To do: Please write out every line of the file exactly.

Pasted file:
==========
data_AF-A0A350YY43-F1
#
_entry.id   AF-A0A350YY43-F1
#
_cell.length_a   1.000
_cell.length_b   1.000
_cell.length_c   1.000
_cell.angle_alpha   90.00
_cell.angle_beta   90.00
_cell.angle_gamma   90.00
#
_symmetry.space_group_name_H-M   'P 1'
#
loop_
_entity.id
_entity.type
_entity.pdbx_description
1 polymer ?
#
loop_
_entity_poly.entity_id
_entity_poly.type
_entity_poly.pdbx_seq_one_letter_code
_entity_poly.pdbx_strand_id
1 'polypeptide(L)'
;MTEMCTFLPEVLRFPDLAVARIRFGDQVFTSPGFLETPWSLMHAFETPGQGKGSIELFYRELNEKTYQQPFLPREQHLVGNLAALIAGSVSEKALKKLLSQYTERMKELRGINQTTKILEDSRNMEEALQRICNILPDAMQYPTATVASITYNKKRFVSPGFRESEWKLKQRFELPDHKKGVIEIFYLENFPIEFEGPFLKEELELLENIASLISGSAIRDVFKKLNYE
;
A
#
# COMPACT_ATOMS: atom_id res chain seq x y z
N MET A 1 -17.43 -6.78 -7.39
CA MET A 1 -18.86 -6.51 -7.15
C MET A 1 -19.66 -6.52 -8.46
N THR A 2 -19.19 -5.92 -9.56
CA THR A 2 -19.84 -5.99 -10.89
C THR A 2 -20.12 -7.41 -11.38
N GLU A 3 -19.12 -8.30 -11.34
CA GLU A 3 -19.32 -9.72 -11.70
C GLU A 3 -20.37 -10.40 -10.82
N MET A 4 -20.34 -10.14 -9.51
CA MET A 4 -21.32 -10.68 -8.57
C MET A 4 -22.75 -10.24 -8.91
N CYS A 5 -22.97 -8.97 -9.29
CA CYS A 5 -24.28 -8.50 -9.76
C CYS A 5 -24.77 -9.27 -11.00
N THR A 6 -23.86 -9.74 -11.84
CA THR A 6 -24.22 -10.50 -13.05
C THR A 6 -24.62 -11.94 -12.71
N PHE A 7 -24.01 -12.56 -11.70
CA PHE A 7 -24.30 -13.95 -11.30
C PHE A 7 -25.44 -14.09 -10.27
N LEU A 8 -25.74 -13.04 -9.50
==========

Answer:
data_AF-A0A350YY43-F1
#
_entry.id   AF-A0A350YY43-F1
#
_cell.length_a   1.000
_cell.length_b   1.000
_cell.length_c   1.000
_cell.angle_alpha   90.00
_cell.angle_beta   90.00
_cell.angle_gamma   90.00
#
_symmetry.space_group_name_H-M   'P 1'
#
loop_
_entity.id
_entity.type
_entity.pdbx_description
1 polymer ?
#
loop_
_entity_poly.entity_id
_entity_poly.type
_entity_poly.pdbx_seq_one_letter_code
_entity_poly.pdbx_strand_id
1 'polypeptide(L)'
;MTEMCTFLPEVLRFPDLAVARIRFGDQVFTSPGFLETPWSLMHAFETPGQGKGSIELFYRELNEKTYQQPFLPREQHLVGNLAALIAGSVSEKALKKLLSQYTERMKELRGINQTTKILEDSRNMEEALQRICNILPDAMQYPTATVASITYNKKRFVSPGFRESEWKLKQRFELPDHKKGVIEIFYLENFPIEFEGPFLKEELELLENIASLISGSAIRDVFKKLNYE
;
A
#
# COMPACT_ATOMS: atom_id res chain seq x y z
N MET A 1 -17.43 -6.78 -7.39
CA MET A 1 -18.86 -6.51 -7.15
C MET A 1 -19.66 -6.52 -8.46
N THR A 2 -19.19 -5.92 -9.56
CA THR A 2 -19.84 -5.99 -10.89
C THR A 2 -20.12 -7.41 -11.38
N GLU A 3 -19.12 -8.30 -11.34
CA GLU A 3 -19.32 -9.72 -11.70
C GLU A 3 -20.37 -10.40 -10.82
N MET A 4 -20.34 -10.14 -9.51
CA MET A 4 -21.32 -10.68 -8.57
C MET A 4 -22.75 -10.24 -8.91
N CYS A 5 -22.97 -8.97 -9.29
CA CYS A 5 -24.28 -8.50 -9.76
C CYS A 5 -24.77 -9.27 -11.00
N THR A 6 -23.86 -9.74 -11.84
CA THR A 6 -24.22 -10.50 -13.05
C THR A 6 -24.62 -11.94 -12.71
N PHE A 7 -24.01 -12.56 -11.70
CA PHE A 7 -24.30 -13.95 -11.30
C PHE A 7 -25.44 -14.09 -10.27
N LEU A 8 -25.74 -13.04 -9.50